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December 6, 2008
Air Assault!By Greyhawk
Somewhere south of Baghdad:
Yusufiya, Iraq is a predominately rural area approximately 600 km in size. Canals perforate the fields of okra, cucumber, tomato, eggplant, and potato. Orange groves and date palms are also abundant along the Euphrates which bounds the western edge of the region. The farmlands host a relatively dispersed and uneducated population, which in Iraq means: favorable conditions for hiding insurgent soldiers and weapons caches. Because of Yusufiya’s proximity to Baghdad, terrorists used the city for staging attacks in the city at large.
Their mission? Restore electricity to a remote village.
"Humanitarian aid implemented by the US military in Iraq is reinforcing stability and quickening the peace", writes Captain Steve McGregor, recently returned from a 14-month deployment with Task Force 3-187, 3rd Brigade, 101st Airborne Division (Air Assault). "One area of Iraq this is particularly noticeable is Yusufiya, where Task Force 3-187 was able to completely transfer their area of responsibility back to Iraqi control."
Although not addressed as such, there's much discussion of wolves, sheep, and sheepdogs therein, too - along with contrasting pink vs grey responses to challenge.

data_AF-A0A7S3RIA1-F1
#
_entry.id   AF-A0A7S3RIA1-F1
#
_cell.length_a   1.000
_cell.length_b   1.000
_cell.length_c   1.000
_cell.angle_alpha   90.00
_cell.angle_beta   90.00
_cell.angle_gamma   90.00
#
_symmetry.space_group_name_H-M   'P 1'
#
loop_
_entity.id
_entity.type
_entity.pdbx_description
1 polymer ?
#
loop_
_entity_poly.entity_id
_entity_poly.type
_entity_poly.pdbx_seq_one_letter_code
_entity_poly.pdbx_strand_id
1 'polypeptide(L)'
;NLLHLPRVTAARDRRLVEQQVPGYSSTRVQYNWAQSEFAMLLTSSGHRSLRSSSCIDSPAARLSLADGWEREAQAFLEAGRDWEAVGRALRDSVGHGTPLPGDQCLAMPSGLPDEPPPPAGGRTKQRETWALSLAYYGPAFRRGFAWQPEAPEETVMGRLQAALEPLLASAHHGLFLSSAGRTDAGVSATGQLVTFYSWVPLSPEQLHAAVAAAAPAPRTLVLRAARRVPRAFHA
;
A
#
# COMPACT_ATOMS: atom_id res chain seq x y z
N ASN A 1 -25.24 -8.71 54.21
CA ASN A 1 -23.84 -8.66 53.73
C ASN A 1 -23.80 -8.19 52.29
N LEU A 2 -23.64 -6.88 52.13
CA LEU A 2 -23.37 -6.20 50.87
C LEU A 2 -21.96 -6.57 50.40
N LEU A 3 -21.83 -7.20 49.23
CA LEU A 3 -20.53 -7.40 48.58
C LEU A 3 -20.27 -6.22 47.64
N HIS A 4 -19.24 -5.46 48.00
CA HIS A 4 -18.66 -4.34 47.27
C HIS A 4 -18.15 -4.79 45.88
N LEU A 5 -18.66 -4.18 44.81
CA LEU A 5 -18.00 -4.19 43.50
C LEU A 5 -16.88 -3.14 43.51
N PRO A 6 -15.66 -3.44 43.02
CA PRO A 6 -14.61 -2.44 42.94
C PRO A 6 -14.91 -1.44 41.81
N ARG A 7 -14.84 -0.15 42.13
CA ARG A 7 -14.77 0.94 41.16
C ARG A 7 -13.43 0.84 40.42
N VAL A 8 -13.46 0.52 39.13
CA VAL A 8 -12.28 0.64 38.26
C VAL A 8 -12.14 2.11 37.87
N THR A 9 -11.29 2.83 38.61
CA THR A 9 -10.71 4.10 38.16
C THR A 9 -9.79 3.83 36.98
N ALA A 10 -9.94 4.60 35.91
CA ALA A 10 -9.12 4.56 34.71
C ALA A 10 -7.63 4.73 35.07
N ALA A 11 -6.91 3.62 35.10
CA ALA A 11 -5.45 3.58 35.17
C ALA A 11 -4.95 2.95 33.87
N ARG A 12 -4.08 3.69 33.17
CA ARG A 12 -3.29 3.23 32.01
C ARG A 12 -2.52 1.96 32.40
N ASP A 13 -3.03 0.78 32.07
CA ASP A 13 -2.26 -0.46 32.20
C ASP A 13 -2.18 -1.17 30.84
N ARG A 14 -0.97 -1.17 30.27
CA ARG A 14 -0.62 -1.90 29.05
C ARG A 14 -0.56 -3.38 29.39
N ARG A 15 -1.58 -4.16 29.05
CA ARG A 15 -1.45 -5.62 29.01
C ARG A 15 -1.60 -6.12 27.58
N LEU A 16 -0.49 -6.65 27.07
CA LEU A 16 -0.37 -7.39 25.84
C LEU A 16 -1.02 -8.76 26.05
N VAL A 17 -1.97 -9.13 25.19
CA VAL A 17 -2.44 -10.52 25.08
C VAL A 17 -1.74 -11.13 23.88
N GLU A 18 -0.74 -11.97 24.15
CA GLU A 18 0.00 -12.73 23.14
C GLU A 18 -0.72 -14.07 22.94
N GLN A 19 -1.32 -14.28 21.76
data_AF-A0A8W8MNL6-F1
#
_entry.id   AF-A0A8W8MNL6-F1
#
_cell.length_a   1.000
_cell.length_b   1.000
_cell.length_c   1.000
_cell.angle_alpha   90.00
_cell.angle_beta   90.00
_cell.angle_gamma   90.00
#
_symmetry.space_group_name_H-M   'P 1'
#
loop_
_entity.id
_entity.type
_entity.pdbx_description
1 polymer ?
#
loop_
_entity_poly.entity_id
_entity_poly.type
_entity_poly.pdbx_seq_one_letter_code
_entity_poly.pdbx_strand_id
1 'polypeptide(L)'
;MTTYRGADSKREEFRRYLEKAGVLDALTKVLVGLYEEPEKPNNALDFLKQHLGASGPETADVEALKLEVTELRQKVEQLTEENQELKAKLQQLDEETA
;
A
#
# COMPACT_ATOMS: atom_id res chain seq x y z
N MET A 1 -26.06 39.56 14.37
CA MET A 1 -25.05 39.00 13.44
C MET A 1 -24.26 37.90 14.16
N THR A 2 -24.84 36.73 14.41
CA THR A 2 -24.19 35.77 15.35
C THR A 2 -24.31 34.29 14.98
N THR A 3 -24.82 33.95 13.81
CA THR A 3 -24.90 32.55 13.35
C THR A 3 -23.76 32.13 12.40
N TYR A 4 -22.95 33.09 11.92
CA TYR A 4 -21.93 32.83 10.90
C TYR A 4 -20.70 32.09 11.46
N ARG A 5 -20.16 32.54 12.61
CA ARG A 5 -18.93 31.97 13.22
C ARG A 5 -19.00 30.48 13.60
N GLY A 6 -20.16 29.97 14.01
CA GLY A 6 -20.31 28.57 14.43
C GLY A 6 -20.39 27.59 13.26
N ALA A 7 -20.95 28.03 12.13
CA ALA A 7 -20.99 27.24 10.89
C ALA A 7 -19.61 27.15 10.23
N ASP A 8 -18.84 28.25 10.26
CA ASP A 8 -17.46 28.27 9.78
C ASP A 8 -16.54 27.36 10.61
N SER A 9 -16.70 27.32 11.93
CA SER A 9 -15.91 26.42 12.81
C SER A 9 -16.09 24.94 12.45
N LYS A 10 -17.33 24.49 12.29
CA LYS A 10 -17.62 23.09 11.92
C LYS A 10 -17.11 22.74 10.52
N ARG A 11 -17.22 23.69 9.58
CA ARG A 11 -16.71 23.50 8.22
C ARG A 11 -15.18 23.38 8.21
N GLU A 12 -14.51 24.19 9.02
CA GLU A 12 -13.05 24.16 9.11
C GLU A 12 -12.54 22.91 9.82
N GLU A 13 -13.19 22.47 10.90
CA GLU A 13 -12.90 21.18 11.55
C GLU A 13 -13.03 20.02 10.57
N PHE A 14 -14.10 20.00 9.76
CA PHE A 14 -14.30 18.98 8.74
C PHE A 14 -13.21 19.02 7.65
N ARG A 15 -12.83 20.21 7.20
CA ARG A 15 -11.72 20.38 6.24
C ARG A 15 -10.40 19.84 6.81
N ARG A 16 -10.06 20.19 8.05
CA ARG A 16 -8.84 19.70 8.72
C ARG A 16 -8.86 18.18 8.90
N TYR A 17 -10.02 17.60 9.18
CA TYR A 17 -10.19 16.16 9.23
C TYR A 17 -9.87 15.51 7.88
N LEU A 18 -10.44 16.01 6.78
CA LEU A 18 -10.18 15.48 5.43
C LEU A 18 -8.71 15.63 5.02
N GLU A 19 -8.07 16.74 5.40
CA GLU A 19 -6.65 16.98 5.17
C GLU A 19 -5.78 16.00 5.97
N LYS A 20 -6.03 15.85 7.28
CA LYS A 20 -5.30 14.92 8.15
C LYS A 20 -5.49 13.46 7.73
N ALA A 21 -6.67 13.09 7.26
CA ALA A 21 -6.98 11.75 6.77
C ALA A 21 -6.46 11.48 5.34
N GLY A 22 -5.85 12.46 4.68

The saturation of Yusufiya by 3-187 prevented “disaster tourism,” a concept described by Alex de Waal. De Waal observes that aid workers and journalists tend to over-estimate famine in Sudan because of a “combination of factors, including visiting at the worst times of year, visiting famine camps, where the worst suffering is to be found, and meeting the most destitute, combined with a failure to understand coping strategies…” For 14 months the Task Force patrolled the poorest slums of Yusufiya and the relatively wealthy land-owning neighborhoods as well. They understood local needs from a comprehensive perspective.Among other conclusions:
The Army possesses and develops better leaders than the aid community. As an institution the US Army relies on national service academies, Officer Training Courses, leadership schools such as Ranger School, and real-world experience, to develop leaders. Aid organizations as well as the US Department of State need to reevaluate how they prepare their staff for austere environments and the rigors of nation building or consider military exchange programs.Read the whole thing, which ties together several themes that have been running through this blog over the past week. The 101st Airborne in Iraq (Yusifiyah, "the triangle of death"), humanitarian/anthropological "missions", irregular warfare, and why we're increasingly able to hand over authority to the Iraqi government and security forces.
Posted by Greyhawk / December 6, 2008 1:08 PM | Permalink
November 26, 2010